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Like Mish, I’m also puzzled by Keen’s debt jubilee idea.Keen’s basic argument is that debt deleveraging is deflationary, therefor we have to have some sort of taxpayer funded quick reduction in debt levels to regain full employment. I’m baffled: why can’t some good old fashioned straightforward stimulus make up for the deflation stemming from elevated levels of debt?Plus there are plenty of wealthy debtors, e.g. people living in McMansion houses, and plenty of low income people not in debt. Why do those living within their means have to subsidise the greedy?
I believe Keen proposes a 'repayment-coupon' to all people. Those with outstanding debt are obliged to use the 'repayment-coupon' to pay-down debt. Any remaining amount after all debts have been payed-down can be used for personal consumption. I'm not sure if Keen proposes a fixed amount for each person or an amount proportional to personal income. Either way, this is a form of 'stimulus' which is targeted at the source of the problem. Such a policy would reward those who have little or no debt. Shaun Hingston
Lowerleftlimit: I’m still sceptical.As to debtors who are happy with their level of indebtedness, they’ll use the coupon to repay their debts, and then re-incur debt and spend the proceeds as quickly as possible. We’d need ten thousand bureaucrats to stop that dodge, and I don’t think they’d succeed.Moreover, this lot are not the source of the problem, i.e. they aren’t currently deleveraging.Second, there are those who think they have too much debt, they’ll use the coupon to pay down their debts. But given stimulus WITHOUT Keen’s scheme, this lot will use stimulus money to pay off their debts ANYWAY.Third, there are those with no debts, they’ll just spend and/or save the coupon money. But they’d do the same with stimulus money without Keen’s scheme. Keen’s scheme would have zero effect.
RML "they’ll use the coupon to repay their debts, and then re-incur debt and spend the proceeds as quickly as possible."Well, they can only do this if creditors extend credit to them, which was the problem in the first place. We need to reduce the private debt level, but we don't need a debt jubilee to do it. What is needed is prosecuting the law against fraud and predatory lending, and cram downs of credit imprudently extended that cannot be paid.Creditors have already been granted extraordinary privilege and forbearance due to their financial and therefore economic importance, in spite of their bad behavior. That behavior needs to be addressed and part of that needs to be writing down debts that involved imprudence on the part of professionals with fiduciary responsibilities. A debt jubilee such as proposed by Keen would reward their bad behavior by giving people the funds to pay them off. This would increase already astronomical moral hazard on the side of both creditors and borrowers, but most on the side of creditors. This would just reprime the cycle and more the same would ensue.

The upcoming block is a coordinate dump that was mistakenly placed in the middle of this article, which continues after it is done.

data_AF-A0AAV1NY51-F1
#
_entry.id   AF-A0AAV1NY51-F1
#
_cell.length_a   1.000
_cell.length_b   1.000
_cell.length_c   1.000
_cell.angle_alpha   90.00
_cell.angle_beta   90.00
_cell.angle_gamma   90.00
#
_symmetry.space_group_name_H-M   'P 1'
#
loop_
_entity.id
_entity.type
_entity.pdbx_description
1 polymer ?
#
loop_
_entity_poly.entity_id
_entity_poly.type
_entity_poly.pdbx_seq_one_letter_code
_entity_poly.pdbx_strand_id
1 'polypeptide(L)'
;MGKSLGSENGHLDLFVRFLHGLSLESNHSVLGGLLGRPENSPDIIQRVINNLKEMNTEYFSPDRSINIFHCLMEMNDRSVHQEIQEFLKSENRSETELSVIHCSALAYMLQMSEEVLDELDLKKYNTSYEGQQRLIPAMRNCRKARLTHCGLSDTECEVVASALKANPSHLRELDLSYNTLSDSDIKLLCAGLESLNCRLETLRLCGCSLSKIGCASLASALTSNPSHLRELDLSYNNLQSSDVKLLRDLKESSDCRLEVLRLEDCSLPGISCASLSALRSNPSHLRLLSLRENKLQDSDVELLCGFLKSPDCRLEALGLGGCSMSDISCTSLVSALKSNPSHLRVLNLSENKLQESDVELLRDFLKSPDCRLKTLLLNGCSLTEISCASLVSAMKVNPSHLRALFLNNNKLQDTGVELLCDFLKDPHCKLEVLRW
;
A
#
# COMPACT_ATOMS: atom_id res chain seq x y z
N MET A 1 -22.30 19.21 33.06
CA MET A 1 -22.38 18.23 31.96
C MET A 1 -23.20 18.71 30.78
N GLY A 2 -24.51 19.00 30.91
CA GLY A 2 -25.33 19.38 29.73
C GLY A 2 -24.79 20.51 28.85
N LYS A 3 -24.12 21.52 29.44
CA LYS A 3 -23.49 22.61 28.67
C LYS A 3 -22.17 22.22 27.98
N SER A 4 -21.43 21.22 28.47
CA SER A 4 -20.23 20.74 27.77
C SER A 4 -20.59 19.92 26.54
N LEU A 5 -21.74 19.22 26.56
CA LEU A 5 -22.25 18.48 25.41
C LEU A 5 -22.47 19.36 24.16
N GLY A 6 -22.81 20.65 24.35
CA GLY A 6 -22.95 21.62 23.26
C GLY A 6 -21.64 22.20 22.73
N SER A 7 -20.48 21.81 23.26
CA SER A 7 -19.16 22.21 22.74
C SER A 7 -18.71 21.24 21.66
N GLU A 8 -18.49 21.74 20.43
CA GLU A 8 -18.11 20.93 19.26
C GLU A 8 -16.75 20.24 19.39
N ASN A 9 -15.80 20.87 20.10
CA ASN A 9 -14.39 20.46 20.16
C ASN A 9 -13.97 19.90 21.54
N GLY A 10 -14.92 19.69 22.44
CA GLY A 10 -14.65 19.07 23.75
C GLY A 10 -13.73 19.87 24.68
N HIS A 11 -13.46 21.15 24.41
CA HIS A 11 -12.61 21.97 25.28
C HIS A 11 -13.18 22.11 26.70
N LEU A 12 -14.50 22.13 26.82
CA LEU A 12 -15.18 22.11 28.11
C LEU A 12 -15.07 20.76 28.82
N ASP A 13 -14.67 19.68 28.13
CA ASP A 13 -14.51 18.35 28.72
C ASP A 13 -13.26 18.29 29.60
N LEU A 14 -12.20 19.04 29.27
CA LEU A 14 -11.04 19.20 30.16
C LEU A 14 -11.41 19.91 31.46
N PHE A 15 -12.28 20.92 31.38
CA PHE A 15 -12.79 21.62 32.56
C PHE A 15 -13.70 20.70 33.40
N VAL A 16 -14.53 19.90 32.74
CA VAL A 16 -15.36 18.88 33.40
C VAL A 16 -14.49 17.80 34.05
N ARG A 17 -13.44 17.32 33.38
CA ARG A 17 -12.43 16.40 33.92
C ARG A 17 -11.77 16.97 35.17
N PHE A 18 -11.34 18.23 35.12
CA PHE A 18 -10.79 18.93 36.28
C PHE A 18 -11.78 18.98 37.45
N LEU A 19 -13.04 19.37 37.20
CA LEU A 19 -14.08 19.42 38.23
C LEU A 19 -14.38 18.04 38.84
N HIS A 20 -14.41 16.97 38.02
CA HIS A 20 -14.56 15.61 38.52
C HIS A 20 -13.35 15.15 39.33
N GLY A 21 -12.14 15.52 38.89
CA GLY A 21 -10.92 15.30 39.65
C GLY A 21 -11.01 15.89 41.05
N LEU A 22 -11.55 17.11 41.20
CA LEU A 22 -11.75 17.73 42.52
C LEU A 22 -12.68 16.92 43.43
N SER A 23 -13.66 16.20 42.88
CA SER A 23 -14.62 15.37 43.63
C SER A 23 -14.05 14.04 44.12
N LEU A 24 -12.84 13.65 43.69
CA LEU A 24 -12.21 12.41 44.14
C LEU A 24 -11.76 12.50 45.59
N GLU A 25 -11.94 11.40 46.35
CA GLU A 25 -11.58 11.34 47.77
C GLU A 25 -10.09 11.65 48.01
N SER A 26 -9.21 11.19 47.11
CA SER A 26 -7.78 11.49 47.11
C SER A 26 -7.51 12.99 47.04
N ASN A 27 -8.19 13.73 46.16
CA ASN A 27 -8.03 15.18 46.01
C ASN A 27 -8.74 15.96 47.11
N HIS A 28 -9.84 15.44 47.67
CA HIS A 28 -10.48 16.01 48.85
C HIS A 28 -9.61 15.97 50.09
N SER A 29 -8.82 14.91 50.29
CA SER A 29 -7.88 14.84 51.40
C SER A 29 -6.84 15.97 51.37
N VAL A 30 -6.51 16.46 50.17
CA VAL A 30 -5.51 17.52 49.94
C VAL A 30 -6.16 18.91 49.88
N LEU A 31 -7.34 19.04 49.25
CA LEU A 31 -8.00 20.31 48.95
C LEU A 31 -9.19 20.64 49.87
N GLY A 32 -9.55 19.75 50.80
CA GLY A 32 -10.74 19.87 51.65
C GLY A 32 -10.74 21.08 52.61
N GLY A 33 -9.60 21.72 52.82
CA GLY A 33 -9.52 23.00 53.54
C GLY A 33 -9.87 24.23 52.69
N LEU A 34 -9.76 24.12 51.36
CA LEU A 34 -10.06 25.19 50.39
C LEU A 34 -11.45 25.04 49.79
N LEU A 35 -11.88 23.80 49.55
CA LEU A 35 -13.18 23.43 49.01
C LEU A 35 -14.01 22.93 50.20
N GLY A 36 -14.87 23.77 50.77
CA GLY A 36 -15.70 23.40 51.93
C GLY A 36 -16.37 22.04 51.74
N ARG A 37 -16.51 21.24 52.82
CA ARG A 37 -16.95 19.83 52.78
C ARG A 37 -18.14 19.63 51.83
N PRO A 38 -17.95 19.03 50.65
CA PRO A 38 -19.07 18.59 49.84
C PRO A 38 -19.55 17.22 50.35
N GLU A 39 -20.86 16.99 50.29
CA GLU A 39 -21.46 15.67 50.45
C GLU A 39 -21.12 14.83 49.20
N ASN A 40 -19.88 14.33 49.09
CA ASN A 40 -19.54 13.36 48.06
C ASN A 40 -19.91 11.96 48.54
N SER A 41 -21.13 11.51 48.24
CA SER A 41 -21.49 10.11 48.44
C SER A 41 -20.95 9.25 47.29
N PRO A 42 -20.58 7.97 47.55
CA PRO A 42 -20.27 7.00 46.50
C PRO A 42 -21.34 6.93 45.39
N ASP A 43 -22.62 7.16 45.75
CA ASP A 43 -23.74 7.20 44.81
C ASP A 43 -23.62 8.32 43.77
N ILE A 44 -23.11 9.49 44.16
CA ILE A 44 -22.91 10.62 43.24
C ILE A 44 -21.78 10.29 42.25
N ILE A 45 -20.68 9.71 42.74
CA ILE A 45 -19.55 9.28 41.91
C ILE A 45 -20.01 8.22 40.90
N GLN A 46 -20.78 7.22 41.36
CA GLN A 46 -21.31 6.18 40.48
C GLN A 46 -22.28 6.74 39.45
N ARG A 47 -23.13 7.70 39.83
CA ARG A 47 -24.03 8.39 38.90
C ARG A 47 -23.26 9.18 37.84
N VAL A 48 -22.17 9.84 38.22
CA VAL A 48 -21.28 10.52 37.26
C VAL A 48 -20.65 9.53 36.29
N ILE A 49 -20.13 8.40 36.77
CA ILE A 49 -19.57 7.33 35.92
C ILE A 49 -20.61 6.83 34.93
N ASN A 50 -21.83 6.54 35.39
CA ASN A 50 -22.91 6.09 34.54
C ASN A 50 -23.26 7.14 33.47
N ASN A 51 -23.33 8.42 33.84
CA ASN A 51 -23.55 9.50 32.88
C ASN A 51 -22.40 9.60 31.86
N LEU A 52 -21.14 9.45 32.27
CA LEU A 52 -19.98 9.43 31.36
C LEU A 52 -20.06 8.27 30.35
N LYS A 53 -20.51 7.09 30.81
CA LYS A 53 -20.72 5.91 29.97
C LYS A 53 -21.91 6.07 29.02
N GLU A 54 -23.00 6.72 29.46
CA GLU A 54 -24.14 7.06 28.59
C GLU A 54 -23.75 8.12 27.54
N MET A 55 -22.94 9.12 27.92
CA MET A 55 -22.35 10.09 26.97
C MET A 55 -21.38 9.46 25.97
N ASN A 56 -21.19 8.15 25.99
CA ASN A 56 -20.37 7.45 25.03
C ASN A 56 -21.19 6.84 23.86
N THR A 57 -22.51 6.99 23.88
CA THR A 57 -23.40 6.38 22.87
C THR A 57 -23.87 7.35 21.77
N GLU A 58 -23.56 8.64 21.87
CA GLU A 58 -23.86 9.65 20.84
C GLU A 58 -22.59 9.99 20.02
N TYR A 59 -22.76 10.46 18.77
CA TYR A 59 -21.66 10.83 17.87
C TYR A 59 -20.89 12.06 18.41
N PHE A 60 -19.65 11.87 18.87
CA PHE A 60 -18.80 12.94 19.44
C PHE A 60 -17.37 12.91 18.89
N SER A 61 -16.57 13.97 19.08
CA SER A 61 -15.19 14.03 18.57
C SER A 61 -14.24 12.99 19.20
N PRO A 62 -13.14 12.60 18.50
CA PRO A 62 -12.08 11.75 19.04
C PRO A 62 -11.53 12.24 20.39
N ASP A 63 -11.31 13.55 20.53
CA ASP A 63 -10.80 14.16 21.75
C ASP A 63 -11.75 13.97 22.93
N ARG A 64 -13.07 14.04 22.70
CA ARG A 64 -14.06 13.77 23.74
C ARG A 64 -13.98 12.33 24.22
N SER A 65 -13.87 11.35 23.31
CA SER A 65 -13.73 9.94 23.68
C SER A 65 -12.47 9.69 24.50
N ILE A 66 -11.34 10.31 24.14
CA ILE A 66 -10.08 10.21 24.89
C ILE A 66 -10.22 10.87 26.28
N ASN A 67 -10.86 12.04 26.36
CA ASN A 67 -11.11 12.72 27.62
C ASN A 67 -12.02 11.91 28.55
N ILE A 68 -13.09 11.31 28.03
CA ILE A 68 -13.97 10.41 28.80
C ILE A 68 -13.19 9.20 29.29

I mis-used the word 'source'. As Tom highlights the bad behavior of Creditors is also an important problem, which I would rank as equal to the financial distress of people.@Ralph If people so choose to re-incur debt, then IMO this is not a 'bad thing' as it adds to demand. Either way incomes of people must be increased, now they either have the choice of paying down debt or increasing consumption. With the debt-jubilee people must make an additional choice in-order to re-incur debt. Presumably, the debt-jubilee would be accompanied with an improvement in lending laws, which would prevent people from re-incurring debt. Debt-jubilee is better than simple fiscal expansion at encouraging people to deleverage.If the Debt-jubilee wasn't accompanied with an improvement in lending laws, and assuming that everyone hasn't learnt from the financial crisis and chooses to re-incur debt with their jubilee-coupon, then this would be functionally equivalent to Mosler's income-tax holiday( assuming the jubilee-coupon is proportional to incomes). So at the minimum the debt-jubilee is as 'bad' as Mosler's income-tax holiday. So any criticisms of the debt-jubilee are also applicable to Mosler's income-tax holiday.And to emphasize this only addresses one part of the problem, and as Tom highlights dealing with the financial criminals is equally important. Shaun H.
Without addressing the fundamental flaws of capitalism, which basically feudalism morphing into industrial capitalism and now into financial capitalism, ameliorating is simply postponement, a time way to rest and rese in the game, then the game goes on under the the same rules. No different result can be expected in the future.
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